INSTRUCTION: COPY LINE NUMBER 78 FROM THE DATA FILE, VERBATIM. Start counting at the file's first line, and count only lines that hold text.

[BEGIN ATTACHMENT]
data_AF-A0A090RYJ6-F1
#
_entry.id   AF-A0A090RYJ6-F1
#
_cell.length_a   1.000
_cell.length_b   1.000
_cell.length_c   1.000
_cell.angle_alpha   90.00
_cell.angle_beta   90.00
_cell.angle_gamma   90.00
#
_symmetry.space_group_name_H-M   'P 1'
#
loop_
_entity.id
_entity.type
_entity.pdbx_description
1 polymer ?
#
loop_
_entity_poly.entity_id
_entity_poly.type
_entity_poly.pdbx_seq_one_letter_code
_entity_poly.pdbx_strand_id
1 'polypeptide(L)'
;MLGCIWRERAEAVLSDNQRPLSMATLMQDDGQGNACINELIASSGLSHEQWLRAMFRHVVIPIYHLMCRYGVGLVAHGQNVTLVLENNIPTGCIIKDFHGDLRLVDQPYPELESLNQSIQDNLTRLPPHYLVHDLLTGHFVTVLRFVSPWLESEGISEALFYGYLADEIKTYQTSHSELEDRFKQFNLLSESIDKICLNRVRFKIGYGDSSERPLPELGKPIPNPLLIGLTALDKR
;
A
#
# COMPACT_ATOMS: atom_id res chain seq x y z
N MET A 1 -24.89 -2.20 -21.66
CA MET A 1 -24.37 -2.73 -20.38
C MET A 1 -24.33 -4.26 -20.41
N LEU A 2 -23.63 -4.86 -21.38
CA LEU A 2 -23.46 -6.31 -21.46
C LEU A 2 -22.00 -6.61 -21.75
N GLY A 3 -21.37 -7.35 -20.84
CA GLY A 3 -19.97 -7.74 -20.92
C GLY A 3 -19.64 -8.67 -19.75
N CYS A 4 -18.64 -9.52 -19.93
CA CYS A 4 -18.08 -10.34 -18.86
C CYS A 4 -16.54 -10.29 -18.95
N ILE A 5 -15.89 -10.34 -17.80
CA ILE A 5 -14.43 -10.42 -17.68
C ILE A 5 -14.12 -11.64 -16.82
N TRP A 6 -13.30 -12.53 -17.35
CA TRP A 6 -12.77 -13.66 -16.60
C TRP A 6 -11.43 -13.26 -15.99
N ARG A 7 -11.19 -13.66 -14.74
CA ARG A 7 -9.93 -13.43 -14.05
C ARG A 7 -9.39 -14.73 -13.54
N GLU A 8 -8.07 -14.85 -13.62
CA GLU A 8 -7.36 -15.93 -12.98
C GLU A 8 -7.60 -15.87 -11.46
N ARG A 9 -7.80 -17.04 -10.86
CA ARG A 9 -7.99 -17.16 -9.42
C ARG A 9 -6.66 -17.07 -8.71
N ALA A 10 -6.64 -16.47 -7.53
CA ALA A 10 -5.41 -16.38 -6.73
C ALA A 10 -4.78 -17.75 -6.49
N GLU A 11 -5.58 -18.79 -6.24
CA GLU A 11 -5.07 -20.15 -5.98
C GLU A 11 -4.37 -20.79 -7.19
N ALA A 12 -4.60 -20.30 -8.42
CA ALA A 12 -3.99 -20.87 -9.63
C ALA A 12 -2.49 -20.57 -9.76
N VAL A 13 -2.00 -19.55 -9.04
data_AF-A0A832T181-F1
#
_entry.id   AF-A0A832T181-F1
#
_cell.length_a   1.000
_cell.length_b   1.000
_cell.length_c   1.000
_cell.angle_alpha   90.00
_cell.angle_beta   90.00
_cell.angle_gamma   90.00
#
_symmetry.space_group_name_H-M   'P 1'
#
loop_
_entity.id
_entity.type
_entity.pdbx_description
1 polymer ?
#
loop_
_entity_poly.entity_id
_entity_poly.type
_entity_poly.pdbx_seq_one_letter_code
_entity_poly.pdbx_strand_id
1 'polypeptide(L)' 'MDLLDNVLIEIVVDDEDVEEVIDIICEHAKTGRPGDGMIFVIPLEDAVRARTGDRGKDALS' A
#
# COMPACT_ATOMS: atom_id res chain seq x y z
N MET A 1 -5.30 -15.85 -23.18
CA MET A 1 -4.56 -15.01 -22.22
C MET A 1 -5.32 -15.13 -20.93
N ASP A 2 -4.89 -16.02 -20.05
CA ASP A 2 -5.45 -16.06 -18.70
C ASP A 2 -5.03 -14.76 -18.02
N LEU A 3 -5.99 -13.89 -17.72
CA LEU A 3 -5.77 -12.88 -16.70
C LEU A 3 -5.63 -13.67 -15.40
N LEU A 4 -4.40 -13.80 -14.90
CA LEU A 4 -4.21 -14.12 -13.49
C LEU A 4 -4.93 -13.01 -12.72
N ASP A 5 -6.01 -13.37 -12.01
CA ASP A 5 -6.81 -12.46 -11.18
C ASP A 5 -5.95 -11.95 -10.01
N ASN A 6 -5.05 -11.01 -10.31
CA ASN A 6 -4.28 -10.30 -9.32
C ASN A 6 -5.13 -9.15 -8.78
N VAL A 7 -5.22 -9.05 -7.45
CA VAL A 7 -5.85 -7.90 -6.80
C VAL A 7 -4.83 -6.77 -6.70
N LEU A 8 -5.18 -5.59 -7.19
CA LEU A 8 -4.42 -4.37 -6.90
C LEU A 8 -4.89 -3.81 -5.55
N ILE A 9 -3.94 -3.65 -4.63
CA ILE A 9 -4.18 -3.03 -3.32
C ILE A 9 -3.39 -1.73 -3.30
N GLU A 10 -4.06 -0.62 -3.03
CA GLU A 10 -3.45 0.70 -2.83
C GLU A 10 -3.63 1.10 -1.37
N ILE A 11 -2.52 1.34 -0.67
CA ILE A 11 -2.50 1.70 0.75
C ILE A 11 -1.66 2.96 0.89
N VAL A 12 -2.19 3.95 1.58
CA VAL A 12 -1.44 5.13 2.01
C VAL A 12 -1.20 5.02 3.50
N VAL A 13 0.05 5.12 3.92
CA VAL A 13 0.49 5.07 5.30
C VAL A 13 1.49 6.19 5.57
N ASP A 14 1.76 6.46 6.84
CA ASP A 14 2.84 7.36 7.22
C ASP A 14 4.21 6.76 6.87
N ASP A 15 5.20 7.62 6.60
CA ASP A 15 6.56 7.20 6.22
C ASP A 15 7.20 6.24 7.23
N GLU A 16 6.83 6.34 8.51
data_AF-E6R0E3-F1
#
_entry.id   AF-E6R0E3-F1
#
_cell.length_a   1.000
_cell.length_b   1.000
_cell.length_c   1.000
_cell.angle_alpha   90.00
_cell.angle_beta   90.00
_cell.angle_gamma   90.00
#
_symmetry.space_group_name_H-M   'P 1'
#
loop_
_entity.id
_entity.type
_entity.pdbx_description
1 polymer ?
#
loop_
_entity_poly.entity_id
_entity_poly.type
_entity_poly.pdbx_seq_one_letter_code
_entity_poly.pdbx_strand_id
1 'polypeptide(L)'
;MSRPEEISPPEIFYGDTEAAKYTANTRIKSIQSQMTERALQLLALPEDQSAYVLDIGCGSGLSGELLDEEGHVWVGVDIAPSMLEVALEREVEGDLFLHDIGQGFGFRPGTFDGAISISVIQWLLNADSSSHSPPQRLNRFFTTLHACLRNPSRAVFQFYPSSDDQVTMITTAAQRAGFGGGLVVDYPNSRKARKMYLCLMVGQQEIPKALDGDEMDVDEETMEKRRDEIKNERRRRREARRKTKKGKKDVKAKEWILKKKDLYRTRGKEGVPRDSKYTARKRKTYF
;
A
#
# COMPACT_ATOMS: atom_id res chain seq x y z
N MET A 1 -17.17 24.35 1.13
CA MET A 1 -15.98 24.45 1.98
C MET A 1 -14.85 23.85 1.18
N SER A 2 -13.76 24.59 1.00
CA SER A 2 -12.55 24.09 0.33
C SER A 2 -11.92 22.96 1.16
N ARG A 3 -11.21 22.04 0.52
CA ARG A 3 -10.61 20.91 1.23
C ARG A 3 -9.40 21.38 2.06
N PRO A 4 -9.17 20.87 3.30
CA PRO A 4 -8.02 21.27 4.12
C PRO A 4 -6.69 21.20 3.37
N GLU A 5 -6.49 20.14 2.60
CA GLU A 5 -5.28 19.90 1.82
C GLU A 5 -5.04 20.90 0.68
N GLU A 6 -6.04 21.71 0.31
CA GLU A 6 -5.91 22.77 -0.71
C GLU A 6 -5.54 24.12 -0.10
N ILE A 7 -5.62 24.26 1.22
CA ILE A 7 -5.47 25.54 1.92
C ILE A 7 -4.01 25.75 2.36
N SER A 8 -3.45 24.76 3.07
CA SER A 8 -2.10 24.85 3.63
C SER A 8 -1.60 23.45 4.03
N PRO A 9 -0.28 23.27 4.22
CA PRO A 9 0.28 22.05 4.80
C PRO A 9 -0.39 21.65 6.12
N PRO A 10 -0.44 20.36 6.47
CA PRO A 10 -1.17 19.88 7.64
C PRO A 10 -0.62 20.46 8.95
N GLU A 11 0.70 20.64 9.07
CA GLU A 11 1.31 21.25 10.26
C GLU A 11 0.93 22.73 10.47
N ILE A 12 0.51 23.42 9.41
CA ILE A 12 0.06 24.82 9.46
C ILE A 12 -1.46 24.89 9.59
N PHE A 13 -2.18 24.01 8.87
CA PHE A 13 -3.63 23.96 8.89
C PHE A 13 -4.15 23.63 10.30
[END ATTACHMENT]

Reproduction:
#